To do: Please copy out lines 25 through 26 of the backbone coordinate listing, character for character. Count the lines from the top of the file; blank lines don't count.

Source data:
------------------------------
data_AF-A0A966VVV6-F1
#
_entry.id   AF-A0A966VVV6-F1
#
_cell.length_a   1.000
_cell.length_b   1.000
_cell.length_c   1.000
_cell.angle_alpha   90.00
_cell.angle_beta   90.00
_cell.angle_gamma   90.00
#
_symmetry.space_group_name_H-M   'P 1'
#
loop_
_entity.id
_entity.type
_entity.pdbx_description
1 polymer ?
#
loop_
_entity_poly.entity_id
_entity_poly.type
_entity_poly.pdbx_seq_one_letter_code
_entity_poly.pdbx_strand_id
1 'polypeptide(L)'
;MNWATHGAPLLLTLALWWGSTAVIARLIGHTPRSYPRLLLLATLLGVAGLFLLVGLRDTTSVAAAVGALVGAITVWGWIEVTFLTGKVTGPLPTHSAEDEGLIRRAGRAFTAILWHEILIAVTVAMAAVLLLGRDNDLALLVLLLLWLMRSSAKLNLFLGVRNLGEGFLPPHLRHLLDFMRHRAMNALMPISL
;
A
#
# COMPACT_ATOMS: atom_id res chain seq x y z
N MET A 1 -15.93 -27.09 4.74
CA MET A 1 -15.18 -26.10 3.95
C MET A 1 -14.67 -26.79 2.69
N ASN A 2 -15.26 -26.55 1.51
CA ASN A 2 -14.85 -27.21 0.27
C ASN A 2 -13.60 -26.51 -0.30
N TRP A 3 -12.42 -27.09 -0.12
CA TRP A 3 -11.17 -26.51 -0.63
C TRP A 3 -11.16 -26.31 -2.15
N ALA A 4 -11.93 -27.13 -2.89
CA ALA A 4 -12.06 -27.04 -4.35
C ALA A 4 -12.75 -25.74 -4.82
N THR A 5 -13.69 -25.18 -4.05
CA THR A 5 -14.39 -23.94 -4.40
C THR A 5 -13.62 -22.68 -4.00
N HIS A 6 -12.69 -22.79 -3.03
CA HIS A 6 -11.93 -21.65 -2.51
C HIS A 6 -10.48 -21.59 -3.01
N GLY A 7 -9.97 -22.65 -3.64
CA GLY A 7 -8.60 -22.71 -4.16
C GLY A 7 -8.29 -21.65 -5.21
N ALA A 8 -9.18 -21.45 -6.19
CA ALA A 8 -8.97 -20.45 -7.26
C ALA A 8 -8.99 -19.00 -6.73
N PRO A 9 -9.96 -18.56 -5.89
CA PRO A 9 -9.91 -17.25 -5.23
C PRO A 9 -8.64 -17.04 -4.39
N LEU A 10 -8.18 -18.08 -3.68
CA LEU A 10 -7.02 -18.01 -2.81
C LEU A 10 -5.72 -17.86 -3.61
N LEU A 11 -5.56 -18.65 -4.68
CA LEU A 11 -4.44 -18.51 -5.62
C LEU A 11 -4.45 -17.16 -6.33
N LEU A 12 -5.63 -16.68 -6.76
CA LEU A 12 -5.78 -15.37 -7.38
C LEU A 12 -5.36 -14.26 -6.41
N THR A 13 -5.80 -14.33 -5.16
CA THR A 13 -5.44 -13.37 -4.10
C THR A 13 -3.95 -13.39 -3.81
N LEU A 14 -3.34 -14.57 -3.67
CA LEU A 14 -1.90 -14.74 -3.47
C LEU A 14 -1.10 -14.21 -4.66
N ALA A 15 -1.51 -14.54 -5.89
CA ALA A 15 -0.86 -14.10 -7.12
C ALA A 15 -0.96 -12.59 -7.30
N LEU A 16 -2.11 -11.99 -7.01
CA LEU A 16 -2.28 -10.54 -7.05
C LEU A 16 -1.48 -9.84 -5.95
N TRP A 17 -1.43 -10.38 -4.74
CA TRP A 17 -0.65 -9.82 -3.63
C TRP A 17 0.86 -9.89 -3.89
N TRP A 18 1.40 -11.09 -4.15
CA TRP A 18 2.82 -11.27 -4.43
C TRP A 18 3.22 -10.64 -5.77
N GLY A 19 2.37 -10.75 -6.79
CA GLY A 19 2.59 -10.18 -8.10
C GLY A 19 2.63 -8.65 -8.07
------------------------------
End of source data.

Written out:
1 'polypeptide(L)'
;MNWATHGAPLLLTLALWWGSTAVIARLIGHTPRSYPRLLLLATLLGVAGLFLLVGLRDTTSVAAAVGALVGAITVWGWIEVTFLTGKVTGPLPTHSAEDEGLIRRAGRAFTAILWHEILIAVTVAMAAVLLLGRDNDLALLVLLLLWLMRSSAKLNLFLGVRNLGEGFLPPHLRHLLDFMRHRAMNALMPISL